New CCIQ policy chair Luckbir Singh presents his case for a future-focused Cairns region as part of a new role for the local law firm partner.
Unite, be confident and get smart.
That’s the strong message for local politicians, business owners and the Tropical North community from new Chamber of Commerce and Industry Queensland policy chair Luckbir Singh.
As the new chair of the statewide organisation’s Far North Queensland Regional Policy Council, Mr Singh has a tough job ahead.
Apart from collating the diverse range of ideas and priorities from the region’s broad sweep of industries, he must also collaborate with and help unite the Tropical North’s various councils, member organisations and business groups, including Advance Cairns and the Cairns Chamber of Commerce.
Mr Singh met with these groups, plus business owners and representatives from councils, for the first time last week. They will meet each quarter to progress priorities and examine issues impacting local small-to-medium businesses.
“As the pre-eminent business group in the Far North, we are calling for optimism and cohesiveness across all levels of government to deliver new entrepreneurial-led opportunities for Cairns and surrounding areas,” Mr Singh said.
“We are a region driven by the success and innovation of our local small businesses and private enterprise more broadly.
“But we are finding more and more that people are nervous to move, work and stay in the region due to a variety of reasons that have combined to downplay confidence.”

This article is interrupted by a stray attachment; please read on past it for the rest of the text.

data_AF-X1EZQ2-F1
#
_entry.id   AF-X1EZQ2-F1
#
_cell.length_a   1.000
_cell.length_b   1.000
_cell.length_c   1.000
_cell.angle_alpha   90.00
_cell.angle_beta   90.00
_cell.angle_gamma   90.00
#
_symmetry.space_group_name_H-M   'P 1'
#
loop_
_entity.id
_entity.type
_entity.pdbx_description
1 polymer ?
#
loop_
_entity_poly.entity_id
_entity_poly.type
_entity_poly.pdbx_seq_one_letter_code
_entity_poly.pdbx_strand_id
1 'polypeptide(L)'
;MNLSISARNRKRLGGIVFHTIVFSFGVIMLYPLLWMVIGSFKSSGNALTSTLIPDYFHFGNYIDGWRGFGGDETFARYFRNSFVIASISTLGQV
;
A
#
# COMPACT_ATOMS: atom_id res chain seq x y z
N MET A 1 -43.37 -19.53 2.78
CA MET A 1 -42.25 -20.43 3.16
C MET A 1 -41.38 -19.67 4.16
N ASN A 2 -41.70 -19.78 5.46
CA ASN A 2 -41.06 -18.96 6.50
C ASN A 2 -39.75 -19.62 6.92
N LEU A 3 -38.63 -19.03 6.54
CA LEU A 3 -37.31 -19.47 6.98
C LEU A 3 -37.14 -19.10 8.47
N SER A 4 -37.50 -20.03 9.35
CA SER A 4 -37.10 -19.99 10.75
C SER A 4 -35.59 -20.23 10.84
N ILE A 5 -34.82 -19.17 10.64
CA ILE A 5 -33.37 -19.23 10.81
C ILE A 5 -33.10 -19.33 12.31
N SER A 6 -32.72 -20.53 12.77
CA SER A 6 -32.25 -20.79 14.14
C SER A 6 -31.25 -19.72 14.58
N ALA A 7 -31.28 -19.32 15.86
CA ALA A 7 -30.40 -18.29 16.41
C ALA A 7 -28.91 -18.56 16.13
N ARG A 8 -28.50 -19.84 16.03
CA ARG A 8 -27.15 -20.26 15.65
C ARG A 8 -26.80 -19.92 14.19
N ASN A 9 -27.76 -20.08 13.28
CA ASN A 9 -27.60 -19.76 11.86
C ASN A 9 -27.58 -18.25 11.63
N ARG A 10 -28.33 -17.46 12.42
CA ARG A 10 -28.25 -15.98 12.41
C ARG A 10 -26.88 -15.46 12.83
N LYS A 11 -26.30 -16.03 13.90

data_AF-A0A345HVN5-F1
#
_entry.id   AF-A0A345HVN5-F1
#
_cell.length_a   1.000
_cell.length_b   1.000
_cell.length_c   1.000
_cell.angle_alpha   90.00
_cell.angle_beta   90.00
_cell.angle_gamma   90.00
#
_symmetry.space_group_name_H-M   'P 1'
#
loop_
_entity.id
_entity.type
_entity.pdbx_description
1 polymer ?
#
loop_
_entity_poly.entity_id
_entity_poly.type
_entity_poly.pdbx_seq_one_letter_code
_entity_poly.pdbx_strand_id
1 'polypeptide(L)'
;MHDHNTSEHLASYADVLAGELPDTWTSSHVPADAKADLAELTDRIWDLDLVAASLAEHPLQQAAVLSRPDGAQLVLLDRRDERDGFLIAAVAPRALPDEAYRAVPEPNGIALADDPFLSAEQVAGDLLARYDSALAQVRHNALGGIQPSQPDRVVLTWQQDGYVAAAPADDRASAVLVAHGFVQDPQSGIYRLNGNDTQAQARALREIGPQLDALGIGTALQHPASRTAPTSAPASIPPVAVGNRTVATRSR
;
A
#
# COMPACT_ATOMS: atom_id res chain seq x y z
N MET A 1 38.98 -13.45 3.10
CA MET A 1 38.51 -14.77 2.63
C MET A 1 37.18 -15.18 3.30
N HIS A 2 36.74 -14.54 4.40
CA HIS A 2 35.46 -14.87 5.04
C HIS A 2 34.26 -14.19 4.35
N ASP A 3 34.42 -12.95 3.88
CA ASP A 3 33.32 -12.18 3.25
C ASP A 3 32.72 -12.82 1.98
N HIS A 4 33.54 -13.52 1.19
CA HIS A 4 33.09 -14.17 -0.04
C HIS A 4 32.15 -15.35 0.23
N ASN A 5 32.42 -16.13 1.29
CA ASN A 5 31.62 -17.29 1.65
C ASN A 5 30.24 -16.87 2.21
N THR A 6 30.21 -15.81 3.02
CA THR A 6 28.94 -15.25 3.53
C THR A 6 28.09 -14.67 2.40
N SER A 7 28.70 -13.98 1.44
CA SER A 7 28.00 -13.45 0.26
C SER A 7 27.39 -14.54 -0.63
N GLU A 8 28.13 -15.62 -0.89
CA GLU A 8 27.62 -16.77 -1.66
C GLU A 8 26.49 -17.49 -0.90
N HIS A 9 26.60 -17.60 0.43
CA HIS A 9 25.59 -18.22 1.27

One of Mr Singh’s key priorities in his new role is an exciting one.
Rather than a sole focus on infrastructure, he instead wants to create a conversation about a “future-focused identity” for the region.
He believes the Tropical North should be marketing itself as a “Smart Region” to attract new skilled residents and entrepreneurs.
“The Far North needs to look to the future to define its identity and business can play a leadership role in this space,” Mr Singh said.
“No doubt there is a need for continued investment in the Far North, but public dialogue must also focus on attracting people to our region and growing a knowledge economy.
“Our opportunities as a region are endless. The whole of Far North Queensland, from a business perspective, needs to start positioning itself as a Smart Region.
“Local Government councils, along with business leaders, should play a strong role to drive this into the future to generate new business, skills and people attraction and retention.
“It is integral to our competitiveness in the new economy that the Far North defines its identity locally, nationally and internationally, as a lifestyle with a healthy, vibrant and future-focused business sector.
“Our Regional Policy Council sees itself as working with Local Government councils in the region to quickly implement Smart Region thinking to overcome some of the challenges of today.
“As small business is the lifeblood of these communities, we will continue to provide a voice to local businesses to work towards unlocking tomorrow's opportunities in the Far North over the coming 12 months.”
The CCIQ policy council will deliver a FNQ business priorities report within six months, and business owners are urged to have their say and contribute to the report.
To get involved, click here to email CCIQ Regional Manager Amy Turnbull